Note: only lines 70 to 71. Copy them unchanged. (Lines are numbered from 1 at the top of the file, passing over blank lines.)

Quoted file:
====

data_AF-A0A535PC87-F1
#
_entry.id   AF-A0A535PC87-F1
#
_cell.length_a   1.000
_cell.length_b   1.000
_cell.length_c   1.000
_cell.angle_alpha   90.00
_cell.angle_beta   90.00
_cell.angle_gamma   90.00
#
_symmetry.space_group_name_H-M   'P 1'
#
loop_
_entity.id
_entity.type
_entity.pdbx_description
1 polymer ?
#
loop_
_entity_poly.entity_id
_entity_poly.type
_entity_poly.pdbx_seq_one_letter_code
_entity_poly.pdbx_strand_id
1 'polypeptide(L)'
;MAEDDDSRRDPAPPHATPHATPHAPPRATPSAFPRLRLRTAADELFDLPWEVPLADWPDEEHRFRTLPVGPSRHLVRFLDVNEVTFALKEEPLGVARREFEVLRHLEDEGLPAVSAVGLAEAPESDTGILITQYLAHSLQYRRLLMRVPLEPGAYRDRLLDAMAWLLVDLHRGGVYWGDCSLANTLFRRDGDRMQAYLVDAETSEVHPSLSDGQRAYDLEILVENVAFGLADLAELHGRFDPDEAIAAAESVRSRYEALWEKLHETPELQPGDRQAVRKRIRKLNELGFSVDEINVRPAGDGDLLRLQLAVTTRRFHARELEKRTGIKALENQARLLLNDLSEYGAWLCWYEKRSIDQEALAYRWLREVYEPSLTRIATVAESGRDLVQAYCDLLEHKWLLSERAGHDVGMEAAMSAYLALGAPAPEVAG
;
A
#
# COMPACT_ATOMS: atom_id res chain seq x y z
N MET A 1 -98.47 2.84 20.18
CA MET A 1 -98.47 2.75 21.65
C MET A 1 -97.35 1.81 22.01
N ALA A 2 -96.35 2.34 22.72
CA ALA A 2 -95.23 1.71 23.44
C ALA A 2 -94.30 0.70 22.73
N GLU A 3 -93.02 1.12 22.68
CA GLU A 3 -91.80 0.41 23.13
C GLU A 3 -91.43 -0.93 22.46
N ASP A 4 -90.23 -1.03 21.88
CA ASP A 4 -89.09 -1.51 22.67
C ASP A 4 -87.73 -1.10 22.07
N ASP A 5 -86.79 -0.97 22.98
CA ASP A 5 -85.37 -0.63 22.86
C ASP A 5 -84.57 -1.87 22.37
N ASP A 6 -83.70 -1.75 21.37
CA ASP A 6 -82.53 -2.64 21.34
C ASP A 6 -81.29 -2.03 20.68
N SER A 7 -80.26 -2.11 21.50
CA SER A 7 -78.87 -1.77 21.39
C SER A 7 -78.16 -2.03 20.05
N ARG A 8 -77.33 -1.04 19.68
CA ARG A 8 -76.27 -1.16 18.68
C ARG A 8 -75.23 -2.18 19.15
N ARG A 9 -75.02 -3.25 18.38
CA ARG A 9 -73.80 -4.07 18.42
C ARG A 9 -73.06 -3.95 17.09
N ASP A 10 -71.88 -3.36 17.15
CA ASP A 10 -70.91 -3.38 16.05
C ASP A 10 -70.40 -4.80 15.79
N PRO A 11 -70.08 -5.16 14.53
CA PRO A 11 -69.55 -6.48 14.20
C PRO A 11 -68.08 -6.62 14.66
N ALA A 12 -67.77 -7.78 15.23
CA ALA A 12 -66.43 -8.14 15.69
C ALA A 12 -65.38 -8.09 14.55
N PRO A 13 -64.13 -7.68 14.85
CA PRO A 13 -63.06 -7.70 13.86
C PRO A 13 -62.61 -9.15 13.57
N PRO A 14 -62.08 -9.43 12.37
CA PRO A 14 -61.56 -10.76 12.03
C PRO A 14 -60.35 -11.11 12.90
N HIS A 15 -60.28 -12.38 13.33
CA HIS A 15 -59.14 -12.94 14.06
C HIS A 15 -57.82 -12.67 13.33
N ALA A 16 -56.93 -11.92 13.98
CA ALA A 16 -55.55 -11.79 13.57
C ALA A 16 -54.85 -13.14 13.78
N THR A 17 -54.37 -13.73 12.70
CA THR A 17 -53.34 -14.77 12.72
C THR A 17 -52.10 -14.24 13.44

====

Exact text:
N PRO A 14 -62.08 -9.43 12.37
CA PRO A 14 -61.56 -10.76 12.03